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Donegal Nutritionist Sorcha McElchar from Sorchas Healthy Living takes a look at supplements and sports supplements and whether there are better ways to get the nutrition we need.
Many people take supplements. It could be to fill a gap for nutritional needs you aren’t getting from your diet because of allergies. Intolerances or dietary preferences. Or maybe you’re taking supplements to helps with weight loss, muscle growth or performance improvements. Whatever the reason is the supplement industry is a multi-billion-dollar industry.
The European Food Safety Authority defines a food supplement as – “Concentrated sources of nutrients or other substances with a nutritional or physiological effect that are marketed in ‘dose’ form. In the EU & UK food supplements are regulated as foods not medicine. “
I always say that getting your nutrients from food sources is always better than getting them from supplementation. Obviously, it’s not always possible and supplementation may be necessary. However, if you believe taking supplements for a particular nutrient is more beneficial there is very little evidence supporting taking supplements to treat or prevent chronic disease. In fact, high doses of certain supplements can cause serious side effects. Some are irreversible and life-threatening.
For example, did you know that people who smoke or have a history of smoking may increase their risk of developing lung cancer (if it isn’t high enough!) and cardiovascular disease if they take beta carotene (vitamin A) supplements?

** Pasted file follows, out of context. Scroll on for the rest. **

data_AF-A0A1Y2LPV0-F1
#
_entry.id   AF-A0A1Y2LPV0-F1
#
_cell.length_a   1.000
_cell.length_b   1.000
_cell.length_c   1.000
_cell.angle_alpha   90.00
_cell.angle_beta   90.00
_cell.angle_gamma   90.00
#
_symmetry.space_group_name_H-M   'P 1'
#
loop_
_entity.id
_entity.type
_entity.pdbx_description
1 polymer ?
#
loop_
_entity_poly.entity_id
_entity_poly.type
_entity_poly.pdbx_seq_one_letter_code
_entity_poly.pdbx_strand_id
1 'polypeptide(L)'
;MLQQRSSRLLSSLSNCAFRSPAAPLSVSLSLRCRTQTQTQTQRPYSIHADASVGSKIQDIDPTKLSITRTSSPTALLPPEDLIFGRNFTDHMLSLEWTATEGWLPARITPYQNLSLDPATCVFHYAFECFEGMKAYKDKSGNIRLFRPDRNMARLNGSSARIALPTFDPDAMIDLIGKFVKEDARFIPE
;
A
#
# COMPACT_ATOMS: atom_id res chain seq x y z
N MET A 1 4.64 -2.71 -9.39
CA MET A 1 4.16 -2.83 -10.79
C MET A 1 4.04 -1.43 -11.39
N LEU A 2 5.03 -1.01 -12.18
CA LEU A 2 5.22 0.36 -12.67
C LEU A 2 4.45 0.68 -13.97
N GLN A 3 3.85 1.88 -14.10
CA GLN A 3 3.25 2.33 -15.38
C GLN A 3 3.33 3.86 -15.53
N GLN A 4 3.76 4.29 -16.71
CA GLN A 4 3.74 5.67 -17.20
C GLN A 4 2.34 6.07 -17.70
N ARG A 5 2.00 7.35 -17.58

Most vitamins and minerals have what’s called an ‘Upper Limit’ (UL). This is the highest daily dose of that vitamin or mineral that is safe to consume. Water soluble vitamins C and B don’t have a UL (except folate and Niacin) as any excess is excreted. Exceeding the UL of vitamin, A or vitamin D for long periods of time can cause hypervitaminosis A or hypervitaminosis D. Both are very serious but very rare and can only really occur from overconsumption of supplements containing vitamin A or vitamin D. That’s why it’s so important to talk to yoru dietician, doctor or even your pharmacist if you feel you need to start taking supplements so they can recommend a safe dose.
Body-building and sports supplements have grown in popularity over the years. Gym goers who want to increase muscle mass and improve physique for sports like weightlifting and other types of athletes usually take some sort of protein supplements. These supplements can also be used to curb appetite and aid weight loss. Yes, if you are doing a lot of intense physical activity your protein needs do increase, but personally I feel the same about protein supplements as I do about any food supplement. If you can get it from food, it’s much better!
People often purchase these supplements online without a lot of research and it’s important to note if you purchase protein supplements (or any supplement) from outside the EU aren’t subject to the same rigorous safety standards. You could be taking supplements that contains harmful and sometimes poisonous substances not labelled on the packaging. Several hospitalisations and deaths have been linked to these illegal supplements.
Like vitamin and mineral supplements, a prolonged diet high in protein could be linked to increased risk of developing Osteoporosis and kidney disease. It’s recommended that adults don’t consume any more than twice their recommended amount of protein per day. To calculate your recommended amount of protein, use the following equation.
0.8 (g of protein) x (your body weight in kg) = recommended amount of protein
If you’re an athlete, you might need to increase that to 1.2-2g of protein per kg of body weight.
In conclusion, the best way to get nutrients will ALWAYS be from food. Eating a balanced diet full of fruit & veg, wholegrains, lean protein sources and sources of healthy unsaturated fats will provide you with all the nutrients you need to feel healthy.